Knowing how hard it is for me to put together a blog post with a couple of illustrations, I can’t imagine what it would be like to make a film. That’s why I spoke to Matt Wilmshurst, a London- and Sussex-based filmmaker and visual effects artist. He’s the writer and director of Blake in Sussex, currently in production, which promises to tell the tale of the Blakes’ turbulent three years outside London.Continue reading
Behind the scenes the indefatigable members of the Blake Archive are preparing a batch of separate plates for future publication. In general, I would define separate plates as plates not published as illustrations in books, such as “Chaucers Canterbury Pilgrims” and “Albion Rose.” Each plate may have several states, or stages of execution—”Albion Rose” has two, so we’ll publish an impression of each. Each state may exist in several impressions (prints made from that state).Continue reading
This week we published our winter issue (vol. 51, no. 3), which will be completely open access for the next few days. It features the last article in our queue from the late Jerry Bentley, “Rosenbach and Blake,” about the numerous Blake works handled by the dealer A. S. W. Rosenbach in the first half of the twentieth century, many from the collection of W. A. White and many for the collection of Lessing J. Rosenwald (now in the Library of Congress and the National Gallery of Art, Washington, DC).Continue reading
Recently we discovered that Paul Miner, an independent Blake scholar whose work is well known to many of the readers of Blake/An Illustrated Quarterly, passed away earlier this year. Morton Paley noticed that items from Paul’s collection were being offered by a bookseller online, describing him as “late,” and some phone calls confirmed the sad news.Continue reading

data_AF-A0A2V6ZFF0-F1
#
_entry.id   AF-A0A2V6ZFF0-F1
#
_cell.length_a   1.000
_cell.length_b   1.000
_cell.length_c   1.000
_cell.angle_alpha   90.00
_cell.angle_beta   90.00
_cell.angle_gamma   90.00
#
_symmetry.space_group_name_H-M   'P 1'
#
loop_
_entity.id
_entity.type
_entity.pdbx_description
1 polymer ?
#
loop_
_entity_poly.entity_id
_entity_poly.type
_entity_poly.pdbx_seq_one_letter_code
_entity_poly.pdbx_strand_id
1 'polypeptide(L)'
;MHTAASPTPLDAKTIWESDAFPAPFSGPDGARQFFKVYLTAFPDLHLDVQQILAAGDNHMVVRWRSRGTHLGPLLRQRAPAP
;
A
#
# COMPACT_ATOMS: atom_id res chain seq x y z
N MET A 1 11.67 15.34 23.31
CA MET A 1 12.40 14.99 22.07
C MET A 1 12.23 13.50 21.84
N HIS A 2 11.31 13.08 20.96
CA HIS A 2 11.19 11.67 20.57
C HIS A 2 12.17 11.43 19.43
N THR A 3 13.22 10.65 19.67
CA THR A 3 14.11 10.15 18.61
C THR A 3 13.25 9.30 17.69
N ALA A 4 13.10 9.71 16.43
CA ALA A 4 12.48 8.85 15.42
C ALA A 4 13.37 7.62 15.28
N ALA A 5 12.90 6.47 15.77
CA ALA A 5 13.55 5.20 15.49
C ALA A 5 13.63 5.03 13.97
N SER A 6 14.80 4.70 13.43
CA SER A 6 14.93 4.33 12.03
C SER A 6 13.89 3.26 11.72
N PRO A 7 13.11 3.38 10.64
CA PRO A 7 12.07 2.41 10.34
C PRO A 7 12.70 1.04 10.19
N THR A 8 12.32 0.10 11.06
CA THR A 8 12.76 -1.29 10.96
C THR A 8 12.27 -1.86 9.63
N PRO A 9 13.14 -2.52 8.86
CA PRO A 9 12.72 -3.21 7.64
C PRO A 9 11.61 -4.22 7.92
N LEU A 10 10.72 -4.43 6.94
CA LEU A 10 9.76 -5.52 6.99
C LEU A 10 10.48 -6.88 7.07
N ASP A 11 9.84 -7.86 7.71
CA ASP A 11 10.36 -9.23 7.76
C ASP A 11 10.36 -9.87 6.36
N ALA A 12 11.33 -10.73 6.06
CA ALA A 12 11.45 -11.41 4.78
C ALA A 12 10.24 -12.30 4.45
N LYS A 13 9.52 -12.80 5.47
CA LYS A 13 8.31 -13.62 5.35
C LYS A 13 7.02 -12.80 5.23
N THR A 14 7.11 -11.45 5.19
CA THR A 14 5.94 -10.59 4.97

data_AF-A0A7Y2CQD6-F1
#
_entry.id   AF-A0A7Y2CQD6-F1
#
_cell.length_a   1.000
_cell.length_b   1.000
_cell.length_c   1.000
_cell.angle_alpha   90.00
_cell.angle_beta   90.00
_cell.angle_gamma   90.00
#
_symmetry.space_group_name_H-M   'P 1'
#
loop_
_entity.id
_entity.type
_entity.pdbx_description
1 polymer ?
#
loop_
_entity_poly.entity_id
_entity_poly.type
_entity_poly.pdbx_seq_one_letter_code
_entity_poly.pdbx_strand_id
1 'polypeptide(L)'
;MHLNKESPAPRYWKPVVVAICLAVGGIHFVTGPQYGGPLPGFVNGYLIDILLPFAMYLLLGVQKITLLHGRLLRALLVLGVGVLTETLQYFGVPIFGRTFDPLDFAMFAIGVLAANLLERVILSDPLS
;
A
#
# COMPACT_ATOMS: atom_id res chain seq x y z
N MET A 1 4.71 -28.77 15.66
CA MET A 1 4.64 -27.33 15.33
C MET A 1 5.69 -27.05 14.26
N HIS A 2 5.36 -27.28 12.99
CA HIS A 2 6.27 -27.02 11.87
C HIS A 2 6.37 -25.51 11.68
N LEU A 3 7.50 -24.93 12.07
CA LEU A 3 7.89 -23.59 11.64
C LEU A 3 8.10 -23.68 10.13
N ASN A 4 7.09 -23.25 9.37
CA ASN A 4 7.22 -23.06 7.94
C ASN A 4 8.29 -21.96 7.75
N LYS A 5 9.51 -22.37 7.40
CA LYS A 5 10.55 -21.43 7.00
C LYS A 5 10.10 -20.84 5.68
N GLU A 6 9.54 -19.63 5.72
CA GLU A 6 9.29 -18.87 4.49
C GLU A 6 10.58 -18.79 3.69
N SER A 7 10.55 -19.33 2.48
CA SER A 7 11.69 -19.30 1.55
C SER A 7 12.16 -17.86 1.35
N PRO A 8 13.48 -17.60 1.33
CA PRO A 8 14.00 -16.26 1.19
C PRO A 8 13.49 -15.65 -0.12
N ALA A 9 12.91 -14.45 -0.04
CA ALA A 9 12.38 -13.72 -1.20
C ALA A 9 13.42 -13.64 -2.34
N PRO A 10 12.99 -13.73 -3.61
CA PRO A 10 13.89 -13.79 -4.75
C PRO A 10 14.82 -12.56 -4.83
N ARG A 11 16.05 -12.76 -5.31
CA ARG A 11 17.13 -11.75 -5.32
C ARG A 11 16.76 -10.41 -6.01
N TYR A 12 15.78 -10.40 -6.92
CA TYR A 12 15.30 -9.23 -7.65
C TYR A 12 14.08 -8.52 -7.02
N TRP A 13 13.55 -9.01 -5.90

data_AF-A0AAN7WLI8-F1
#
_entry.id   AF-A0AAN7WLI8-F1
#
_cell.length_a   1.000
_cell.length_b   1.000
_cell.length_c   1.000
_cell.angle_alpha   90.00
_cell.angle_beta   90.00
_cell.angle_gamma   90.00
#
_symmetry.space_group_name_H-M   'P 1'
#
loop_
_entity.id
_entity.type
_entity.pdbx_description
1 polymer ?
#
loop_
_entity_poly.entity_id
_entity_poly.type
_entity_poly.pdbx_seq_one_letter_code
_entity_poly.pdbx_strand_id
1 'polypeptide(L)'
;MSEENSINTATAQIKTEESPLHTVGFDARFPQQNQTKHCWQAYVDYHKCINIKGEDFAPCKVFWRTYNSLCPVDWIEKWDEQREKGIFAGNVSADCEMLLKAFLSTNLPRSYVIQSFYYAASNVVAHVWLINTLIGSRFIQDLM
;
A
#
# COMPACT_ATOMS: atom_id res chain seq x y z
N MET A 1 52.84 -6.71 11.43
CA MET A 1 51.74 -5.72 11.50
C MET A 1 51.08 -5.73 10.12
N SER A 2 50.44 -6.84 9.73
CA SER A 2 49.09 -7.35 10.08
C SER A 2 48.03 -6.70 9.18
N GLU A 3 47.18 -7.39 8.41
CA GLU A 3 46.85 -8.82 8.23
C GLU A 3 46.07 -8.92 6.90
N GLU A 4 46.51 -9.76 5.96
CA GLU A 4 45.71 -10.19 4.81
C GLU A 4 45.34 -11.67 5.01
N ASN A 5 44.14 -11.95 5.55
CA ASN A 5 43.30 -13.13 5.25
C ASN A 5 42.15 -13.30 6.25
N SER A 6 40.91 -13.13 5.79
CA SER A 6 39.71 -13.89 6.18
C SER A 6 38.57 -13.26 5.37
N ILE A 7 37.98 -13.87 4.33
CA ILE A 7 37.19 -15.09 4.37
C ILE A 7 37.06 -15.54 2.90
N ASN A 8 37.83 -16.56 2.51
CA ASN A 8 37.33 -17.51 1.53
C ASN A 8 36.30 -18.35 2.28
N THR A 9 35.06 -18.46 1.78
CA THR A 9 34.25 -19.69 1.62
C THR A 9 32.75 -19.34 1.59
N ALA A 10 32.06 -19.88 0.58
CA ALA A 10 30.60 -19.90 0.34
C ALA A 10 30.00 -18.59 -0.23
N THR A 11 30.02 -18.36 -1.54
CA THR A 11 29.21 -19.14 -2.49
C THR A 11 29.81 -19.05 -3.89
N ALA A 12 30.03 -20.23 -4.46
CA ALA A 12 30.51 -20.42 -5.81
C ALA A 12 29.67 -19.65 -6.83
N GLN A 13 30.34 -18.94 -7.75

Today we have a guest post from Jonathan Morse of the University of Hawai’i at Mānoa. Jon sent us a message asking if we had a use for an image he’d found in the collections of the Library of Congress; his post is the result of that correspondence.
Between January and May 1920, William Butler Yeats toured the United States and Canada under the management of the J. B. Pond Lycaeum Lecture Bureau, addressing audiences on such topics as “The Irish Movement and the Irish Theatre” and “The Younger Generation.” By “the younger generation” he meant contemporary poets. So far as I have been able to learn from the newspaper coverage online at newspapers.com, in the Library of Congress, and in the archives of the student newspapers that covered his appearances at Oberlin and Yale, he never mentioned Blake.Continue reading